Ruling

12490-22 Portes v The Daily Telegraph

    • Date complaint received

      6th July 2023

    • Outcome

      No breach - after investigation

    • Code provisions

      1 Accuracy


Summary of Complaint 

1. Jonathan Portes complained to the Independent Press Standards Organisation that The Telegraph breached Clause 1 of the Editors’ Code of Practice in an article headlined “One fifth of pupils ‘missing’ from classrooms since pandemic”, published on 15 November 2022. 

2.The article was based on a report released by the Centre for Social Justice (CSJ), a think tank. The article said the report claimed that “a fifth of all children have been ‘missing’ from school since the pandemic”. The article went on to report that there had been a “dramatic increase […] in the number of youngsters being home educated driven by parents pulling their children out of school following lockdown, according to a new study by the Centre for Social Justice (CSJ)”. It said that “nearly two million of England’s nine million pupils are failing to attend school regularly, according to [the CSJ’s] analysis of the latest official figures”, and that this “includes 1.67 million children classified by the Department for Education (DfE) as ‘persistently absent’ during the autumn term of 2021, an increase of 82 per cent from the previous year”. 

3. It went on to state that the “two million” figure included “the 81,000 [pupils] who are home educated which the report notes is an ‘alarming’ 34 per cent higher than before the pandemic.” The article went on to explain that “officials at the DfE say the data on persistently absent children in the autumn term of 2021 is not representative of a typical school year as it was driven up by pupils testing positive for Covid. But the figure of 1,672,179 persistently absent children is still significantly higher than the previous year – when it stood at 915,877 – and the year before when it was 922,566.” 

4. The article also appeared online in substantially in the same format; this version of the article was published on 15 November 2022. 

5. The complainant said the headline was inaccurate in breach of Clause 1, as it reported that “one fifth of pupils [were] 'missing' from classrooms since the pandemic.” He said that this inaccuracy was repeated in the article’s statement that “nearly two million of England's nine million pupils are failing to attend school regularly, according to [the CSJ’s] analysis of the latest official figures". He also said that the article was inaccurate to state that “a major report has found” that “a fifth of all children have been ‘missing’ from school” since the pandemic, because the CSJ report at no point claimed one fifth of pupils, or two million pupils, had been “missing” since the pandemic. Rather, the report described some children as “persistently absent”.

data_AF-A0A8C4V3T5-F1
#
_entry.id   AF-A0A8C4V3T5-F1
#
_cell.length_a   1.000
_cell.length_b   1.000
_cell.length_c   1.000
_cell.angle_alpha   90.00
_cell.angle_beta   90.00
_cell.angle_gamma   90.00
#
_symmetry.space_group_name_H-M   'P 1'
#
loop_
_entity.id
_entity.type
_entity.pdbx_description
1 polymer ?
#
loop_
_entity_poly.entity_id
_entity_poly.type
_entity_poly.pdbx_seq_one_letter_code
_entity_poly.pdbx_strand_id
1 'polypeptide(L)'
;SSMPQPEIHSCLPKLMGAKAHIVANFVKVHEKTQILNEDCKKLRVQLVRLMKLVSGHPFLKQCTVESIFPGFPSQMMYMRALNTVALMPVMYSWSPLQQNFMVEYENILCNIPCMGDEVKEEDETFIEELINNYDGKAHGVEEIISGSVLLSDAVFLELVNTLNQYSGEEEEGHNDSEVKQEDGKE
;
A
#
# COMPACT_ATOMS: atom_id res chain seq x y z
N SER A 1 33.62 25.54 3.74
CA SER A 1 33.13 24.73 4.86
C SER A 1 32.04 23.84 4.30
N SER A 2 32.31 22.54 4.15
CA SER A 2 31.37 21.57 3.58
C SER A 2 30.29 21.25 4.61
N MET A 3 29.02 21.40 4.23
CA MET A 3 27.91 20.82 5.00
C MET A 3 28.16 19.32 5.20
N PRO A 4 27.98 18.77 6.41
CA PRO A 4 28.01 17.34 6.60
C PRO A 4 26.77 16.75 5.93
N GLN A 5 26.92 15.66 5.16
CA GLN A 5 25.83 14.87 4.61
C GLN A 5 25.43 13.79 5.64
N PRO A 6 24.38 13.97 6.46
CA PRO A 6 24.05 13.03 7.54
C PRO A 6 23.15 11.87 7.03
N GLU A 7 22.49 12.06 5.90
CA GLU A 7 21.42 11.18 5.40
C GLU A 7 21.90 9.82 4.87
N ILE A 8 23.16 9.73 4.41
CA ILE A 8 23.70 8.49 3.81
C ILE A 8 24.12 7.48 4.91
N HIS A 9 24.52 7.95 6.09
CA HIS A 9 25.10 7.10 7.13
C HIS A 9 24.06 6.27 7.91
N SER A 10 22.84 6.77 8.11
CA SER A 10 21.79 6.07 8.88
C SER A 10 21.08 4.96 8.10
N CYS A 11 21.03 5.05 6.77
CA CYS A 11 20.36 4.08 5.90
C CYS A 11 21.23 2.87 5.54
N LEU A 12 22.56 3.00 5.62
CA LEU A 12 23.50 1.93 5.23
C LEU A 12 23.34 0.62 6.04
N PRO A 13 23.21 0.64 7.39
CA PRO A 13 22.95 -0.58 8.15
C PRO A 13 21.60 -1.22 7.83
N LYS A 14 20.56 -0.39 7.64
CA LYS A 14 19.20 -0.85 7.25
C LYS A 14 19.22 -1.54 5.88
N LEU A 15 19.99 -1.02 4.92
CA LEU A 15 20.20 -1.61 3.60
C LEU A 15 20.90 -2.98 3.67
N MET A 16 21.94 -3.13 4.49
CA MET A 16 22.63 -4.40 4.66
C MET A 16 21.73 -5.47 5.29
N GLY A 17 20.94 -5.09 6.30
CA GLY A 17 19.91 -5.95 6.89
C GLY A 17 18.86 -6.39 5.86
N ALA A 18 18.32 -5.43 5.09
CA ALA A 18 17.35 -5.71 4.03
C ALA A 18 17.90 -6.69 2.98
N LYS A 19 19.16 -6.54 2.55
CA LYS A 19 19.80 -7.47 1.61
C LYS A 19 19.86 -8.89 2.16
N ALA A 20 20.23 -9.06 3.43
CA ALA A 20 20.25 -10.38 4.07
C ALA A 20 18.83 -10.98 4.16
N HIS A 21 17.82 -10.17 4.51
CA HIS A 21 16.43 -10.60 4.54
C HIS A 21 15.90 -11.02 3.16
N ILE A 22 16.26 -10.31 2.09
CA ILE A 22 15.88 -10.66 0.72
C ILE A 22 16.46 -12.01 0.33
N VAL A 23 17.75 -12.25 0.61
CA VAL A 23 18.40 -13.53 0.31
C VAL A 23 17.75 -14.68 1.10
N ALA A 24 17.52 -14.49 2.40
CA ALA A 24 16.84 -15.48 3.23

6. He said the only use of the word “missing” in the report was in the foreword, which stated “an increasing number of children missing from school are being home educated”. He said that the CSJ report was specifically about 81,000 children who are home educated. He said this was made clear by the title of the report, “OUT OF SIGHT AND OUT OF MIND: Shining a spotlight on home education in England”. 

7.The complainant provided statistics from the Department for Education (DfE), that he said were the “official figures” which the article claimed had been analysed by the report. The DfE figures stated that "23.5% of pupils were persistently absent in the autumn term 2021 (i.e. missed 10% or more sessions). Again, this had been driven by illness (including positive COVID cases), with 14.0% of all pupils missing 10% or more sessions due to illness alone." 

8. The complainant said the DfE figures he had provided demonstrated that the pupils were not “missing”. Rather, he said the pupils were absent from school for more than more than seven days in Autumn 2021. He said that the cause of the majority of these absences was Covid-19; the children were not “missing”, as there was nothing in the figures to suggest the school did not know where the pupils were. 

9. Additionally, the complainant said it was inaccurate to report that the pupils had been missing “since the pandemic” because Autumn 2021 – the period of time to which the figures referred – was during the pandemic. He said that “during Covid” was not the same as “since Covid”, and “absent for 10% of the time or more” was not the same as “absent from the school setting”. 

10. The complainant quoted the DfE statistical release referenced in the CSJ report to support his position: “the absence rate across autumn and spring terms combined was 7.4%. In spring term 2021/22, the absence rate was 7.9%, an increase from 6.7% in autumn term 2021, having been consistently around 5% in recent years. The majority of the increase compared to previous years was due to illness, accounting for 5.0% of possible sessions in autumn and spring term 2021/22 combined. Illness includes where positive COVID-19 cases were reported.”